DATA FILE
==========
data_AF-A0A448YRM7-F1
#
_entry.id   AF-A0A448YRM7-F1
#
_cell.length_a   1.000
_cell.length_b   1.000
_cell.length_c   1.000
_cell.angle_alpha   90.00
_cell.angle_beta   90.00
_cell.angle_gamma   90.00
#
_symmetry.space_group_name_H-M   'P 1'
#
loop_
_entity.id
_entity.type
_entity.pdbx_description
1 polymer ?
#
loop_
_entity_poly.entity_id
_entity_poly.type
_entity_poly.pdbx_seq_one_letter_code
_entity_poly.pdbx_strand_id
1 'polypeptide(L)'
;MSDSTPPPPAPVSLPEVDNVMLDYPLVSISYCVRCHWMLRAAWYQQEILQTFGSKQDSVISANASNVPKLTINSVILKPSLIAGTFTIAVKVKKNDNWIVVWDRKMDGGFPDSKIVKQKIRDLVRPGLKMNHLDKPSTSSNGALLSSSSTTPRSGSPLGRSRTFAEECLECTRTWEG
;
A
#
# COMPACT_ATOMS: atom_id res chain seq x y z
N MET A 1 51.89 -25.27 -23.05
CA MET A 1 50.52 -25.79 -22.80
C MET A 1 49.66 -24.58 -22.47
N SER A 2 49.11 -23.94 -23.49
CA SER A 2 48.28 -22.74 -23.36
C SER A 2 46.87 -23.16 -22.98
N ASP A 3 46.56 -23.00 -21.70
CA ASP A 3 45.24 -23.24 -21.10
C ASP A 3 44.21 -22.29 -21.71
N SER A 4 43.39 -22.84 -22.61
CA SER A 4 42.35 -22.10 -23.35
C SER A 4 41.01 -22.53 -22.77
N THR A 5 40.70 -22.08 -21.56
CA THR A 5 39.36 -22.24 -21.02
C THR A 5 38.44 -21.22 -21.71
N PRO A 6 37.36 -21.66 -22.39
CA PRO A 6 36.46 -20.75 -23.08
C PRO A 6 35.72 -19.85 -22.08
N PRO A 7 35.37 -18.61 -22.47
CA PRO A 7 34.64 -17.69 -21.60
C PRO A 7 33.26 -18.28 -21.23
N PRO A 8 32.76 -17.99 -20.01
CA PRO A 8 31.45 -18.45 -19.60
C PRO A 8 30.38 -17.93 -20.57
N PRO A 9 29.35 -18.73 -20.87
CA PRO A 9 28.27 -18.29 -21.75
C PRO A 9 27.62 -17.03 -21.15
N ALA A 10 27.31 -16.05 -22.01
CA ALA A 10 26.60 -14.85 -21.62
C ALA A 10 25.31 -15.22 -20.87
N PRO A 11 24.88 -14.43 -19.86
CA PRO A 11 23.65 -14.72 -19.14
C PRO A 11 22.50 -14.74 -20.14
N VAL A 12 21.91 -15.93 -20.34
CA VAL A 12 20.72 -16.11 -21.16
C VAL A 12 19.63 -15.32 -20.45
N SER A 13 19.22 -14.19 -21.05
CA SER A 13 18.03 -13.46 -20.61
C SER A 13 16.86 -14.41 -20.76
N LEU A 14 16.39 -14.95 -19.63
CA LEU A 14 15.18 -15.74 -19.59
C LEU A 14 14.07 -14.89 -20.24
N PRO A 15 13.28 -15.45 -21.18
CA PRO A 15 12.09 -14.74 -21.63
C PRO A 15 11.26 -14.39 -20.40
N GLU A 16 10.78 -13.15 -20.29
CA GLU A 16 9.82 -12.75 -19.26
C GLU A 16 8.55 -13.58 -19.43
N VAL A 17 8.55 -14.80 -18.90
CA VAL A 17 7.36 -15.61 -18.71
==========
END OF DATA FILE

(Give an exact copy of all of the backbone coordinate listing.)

data_AF-A0A448YRM7-F1
#
_entry.id   AF-A0A448YRM7-F1
#
_cell.length_a   1.000
_cell.length_b   1.000
_cell.length_c   1.000
_cell.angle_alpha   90.00
_cell.angle_beta   90.00
_cell.angle_gamma   90.00
#
_symmetry.space_group_name_H-M   'P 1'
#
loop_
_entity.id
_entity.type
_entity.pdbx_description
1 polymer ?
#
loop_
_entity_poly.entity_id
_entity_poly.type
_entity_poly.pdbx_seq_one_letter_code
_entity_poly.pdbx_strand_id
1 'polypeptide(L)'
;MSDSTPPPPAPVSLPEVDNVMLDYPLVSISYCVRCHWMLRAAWYQQEILQTFGSKQDSVISANASNVPKLTINSVILKPSLIAGTFTIAVKVKKNDNWIVVWDRKMDGGFPDSKIVKQKIRDLVRPGLKMNHLDKPSTSSNGALLSSSSTTPRSGSPLGRSRTFAEECLECTRTWEG
;
A
#
# COMPACT_ATOMS: atom_id res chain seq x y z
N MET A 1 51.89 -25.27 -23.05
CA MET A 1 50.52 -25.79 -22.80
C MET A 1 49.66 -24.58 -22.47
N SER A 2 49.11 -23.94 -23.49
CA SER A 2 48.28 -22.74 -23.36
C SER A 2 46.87 -23.16 -22.98
N ASP A 3 46.56 -23.00 -21.70
CA ASP A 3 45.24 -23.24 -21.10
C ASP A 3 44.21 -22.29 -21.71
N SER A 4 43.39 -22.84 -22.61
CA SER A 4 42.35 -22.10 -23.35
C SER A 4 41.01 -22.53 -22.77
N THR A 5 40.70 -22.08 -21.56
CA THR A 5 39.36 -22.24 -21.02
C THR A 5 38.44 -21.22 -21.71
N PRO A 6 37.36 -21.66 -22.39
CA PRO A 6 36.46 -20.75 -23.08
C PRO A 6 35.72 -19.85 -22.08
N PRO A 7 35.37 -18.61 -22.47
CA PRO A 7 34.64 -17.69 -21.60
C PRO A 7 33.26 -18.28 -21.23
N PRO A 8 32.76 -17.99 -20.01
CA PRO A 8 31.45 -18.45 -19.60
C PRO A 8 30.38 -17.93 -20.57
N PRO A 9 29.35 -18.73 -20.87
CA PRO A 9 28.27 -18.29 -21.75
C PRO A 9 27.62 -17.03 -21.15
N ALA A 10 27.31 -16.05 -22.01
CA ALA A 10 26.60 -14.85 -21.62
C ALA A 10 25.31 -15.22 -20.87
N PRO A 11 24.88 -14.43 -19.86
CA PRO A 11 23.65 -14.72 -19.14
C PRO A 11 22.50 -14.74 -20.14
N VAL A 12 21.91 -15.93 -20.34
CA VAL A 12 20.72 -16.11 -21.16
C VAL A 12 19.63 -15.32 -20.45
N SER A 13 19.22 -14.19 -21.05
CA SER A 13 18.03 -13.46 -20.61
C SER A 13 16.86 -14.41 -20.76
N LEU A 14 16.39 -14.95 -19.63
CA LEU A 14 15.18 -15.74 -19.59
C LEU A 14 14.07 -14.89 -20.24
N PRO A 15 13.28 -15.45 -21.18
CA PRO A 15 12.09 -14.74 -21.63
C PRO A 15 11.26 -14.39 -20.40
N GLU A 16 10.78 -13.15 -20.29
CA GLU A 16 9.82 -12.75 -19.26
C GLU A 16 8.55 -13.58 -19.43
N VAL A 17 8.55 -14.80 -18.90
CA VAL A 17 7.36 -15.61 -18.71